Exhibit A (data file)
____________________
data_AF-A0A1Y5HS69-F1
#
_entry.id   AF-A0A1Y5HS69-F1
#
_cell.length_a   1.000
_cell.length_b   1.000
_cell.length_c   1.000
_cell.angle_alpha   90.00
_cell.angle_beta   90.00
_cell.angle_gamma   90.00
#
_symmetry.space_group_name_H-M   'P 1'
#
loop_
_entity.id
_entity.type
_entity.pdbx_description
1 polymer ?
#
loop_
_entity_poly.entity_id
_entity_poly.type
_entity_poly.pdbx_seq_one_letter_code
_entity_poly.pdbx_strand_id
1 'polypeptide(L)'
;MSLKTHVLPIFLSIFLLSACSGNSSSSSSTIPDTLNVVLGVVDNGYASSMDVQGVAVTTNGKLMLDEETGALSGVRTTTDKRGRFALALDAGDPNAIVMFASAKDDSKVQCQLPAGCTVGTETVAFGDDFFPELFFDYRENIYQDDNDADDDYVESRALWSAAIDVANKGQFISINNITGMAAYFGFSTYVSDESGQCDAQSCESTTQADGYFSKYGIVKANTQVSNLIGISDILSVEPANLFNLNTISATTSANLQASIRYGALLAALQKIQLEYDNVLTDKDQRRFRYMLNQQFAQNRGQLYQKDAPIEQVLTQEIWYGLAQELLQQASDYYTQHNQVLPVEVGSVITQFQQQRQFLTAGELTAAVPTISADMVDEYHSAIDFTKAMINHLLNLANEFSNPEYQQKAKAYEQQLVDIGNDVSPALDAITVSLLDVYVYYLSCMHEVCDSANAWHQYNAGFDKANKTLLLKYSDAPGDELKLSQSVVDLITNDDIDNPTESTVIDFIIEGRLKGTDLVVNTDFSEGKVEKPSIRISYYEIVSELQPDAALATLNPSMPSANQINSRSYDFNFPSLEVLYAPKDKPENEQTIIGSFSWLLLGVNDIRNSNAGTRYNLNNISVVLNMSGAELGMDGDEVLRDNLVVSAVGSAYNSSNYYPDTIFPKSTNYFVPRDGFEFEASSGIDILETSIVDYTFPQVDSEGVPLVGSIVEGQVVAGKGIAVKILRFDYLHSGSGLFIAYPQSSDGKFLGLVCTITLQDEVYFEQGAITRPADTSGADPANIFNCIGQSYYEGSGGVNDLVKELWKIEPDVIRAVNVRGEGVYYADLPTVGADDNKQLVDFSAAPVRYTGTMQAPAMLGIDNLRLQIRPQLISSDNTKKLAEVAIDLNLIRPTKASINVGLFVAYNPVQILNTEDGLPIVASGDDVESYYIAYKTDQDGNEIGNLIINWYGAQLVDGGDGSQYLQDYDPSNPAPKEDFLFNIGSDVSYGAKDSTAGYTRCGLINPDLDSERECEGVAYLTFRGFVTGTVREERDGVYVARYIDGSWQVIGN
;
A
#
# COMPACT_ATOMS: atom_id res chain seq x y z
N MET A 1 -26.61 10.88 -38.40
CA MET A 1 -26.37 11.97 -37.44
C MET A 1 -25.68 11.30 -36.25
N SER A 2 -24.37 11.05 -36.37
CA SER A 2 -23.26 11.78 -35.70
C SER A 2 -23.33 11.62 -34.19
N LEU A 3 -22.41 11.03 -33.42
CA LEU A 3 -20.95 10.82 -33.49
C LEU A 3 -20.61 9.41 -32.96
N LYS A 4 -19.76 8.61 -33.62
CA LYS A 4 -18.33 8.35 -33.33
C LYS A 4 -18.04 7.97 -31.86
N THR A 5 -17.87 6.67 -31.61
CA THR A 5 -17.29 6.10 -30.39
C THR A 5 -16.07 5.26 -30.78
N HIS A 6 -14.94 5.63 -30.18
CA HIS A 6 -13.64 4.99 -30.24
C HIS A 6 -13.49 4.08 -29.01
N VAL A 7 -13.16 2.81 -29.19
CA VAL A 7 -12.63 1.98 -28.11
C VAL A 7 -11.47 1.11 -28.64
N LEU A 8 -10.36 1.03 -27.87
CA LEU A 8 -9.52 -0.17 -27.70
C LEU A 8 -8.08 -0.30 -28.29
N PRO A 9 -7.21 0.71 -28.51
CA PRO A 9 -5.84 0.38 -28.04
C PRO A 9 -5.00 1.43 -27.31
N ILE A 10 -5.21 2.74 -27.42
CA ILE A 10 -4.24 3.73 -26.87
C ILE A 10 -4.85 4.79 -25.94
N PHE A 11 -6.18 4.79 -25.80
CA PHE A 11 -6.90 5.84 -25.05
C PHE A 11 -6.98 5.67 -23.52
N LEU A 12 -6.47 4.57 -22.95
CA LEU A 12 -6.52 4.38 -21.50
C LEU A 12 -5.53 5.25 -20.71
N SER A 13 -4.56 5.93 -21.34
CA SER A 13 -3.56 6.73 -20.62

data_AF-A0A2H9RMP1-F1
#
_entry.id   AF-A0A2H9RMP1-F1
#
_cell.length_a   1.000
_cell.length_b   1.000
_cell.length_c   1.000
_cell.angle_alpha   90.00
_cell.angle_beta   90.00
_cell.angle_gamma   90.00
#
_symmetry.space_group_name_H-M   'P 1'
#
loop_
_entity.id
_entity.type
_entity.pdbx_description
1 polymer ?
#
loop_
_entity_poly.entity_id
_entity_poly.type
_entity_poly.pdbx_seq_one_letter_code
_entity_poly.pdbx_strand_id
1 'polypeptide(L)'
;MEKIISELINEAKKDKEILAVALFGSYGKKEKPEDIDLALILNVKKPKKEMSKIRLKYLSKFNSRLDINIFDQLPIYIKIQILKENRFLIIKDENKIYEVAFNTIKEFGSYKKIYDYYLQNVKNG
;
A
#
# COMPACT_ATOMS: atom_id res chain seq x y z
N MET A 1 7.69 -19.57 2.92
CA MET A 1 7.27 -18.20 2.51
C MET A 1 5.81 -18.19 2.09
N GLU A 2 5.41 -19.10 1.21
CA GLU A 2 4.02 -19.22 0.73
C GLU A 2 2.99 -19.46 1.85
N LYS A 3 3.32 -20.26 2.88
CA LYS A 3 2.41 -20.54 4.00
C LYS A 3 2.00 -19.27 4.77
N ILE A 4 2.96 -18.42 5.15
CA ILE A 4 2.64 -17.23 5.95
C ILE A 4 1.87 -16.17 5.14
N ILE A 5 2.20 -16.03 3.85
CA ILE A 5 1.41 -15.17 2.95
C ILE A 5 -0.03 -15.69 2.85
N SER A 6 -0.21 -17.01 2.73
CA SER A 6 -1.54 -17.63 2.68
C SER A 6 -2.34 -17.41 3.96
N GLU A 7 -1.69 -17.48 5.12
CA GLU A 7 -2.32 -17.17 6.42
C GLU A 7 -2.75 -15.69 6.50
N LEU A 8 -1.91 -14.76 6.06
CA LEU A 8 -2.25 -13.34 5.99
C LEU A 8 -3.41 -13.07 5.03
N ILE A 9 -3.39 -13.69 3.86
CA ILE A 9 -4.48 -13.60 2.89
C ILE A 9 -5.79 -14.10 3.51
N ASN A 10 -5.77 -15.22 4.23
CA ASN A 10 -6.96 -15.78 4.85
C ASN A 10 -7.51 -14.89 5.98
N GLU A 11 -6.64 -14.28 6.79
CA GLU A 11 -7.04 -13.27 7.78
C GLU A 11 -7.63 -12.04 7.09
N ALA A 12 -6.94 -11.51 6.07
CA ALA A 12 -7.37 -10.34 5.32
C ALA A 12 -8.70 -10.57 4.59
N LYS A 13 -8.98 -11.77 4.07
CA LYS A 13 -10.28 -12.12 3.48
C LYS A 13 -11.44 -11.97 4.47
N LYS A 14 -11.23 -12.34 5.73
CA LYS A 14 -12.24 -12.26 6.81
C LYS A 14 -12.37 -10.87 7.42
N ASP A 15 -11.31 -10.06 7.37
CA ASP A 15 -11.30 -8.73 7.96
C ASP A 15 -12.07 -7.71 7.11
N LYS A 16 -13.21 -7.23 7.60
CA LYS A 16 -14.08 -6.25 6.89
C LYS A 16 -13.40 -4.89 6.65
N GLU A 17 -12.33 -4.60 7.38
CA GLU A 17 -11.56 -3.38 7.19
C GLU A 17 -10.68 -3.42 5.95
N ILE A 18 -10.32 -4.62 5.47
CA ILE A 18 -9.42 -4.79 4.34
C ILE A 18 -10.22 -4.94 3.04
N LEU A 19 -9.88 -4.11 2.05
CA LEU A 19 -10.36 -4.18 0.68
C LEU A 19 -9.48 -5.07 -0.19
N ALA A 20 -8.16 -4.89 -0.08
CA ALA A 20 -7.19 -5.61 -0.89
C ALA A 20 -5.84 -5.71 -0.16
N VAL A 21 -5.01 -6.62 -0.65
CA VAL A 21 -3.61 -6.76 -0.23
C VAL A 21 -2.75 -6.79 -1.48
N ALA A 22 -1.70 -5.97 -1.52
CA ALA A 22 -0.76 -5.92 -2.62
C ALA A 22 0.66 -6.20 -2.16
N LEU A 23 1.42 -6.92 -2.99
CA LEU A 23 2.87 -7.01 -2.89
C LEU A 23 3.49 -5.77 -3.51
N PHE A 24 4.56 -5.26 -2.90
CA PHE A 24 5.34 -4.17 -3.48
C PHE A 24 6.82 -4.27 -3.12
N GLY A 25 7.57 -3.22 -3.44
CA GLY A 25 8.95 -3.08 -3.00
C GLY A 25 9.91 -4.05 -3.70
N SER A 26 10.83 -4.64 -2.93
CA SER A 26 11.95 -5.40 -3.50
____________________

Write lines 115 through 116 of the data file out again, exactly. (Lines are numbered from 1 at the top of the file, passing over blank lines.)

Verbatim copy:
CA SER A 6 -1.54 -17.63 2.68
C SER A 6 -2.34 -17.41 3.96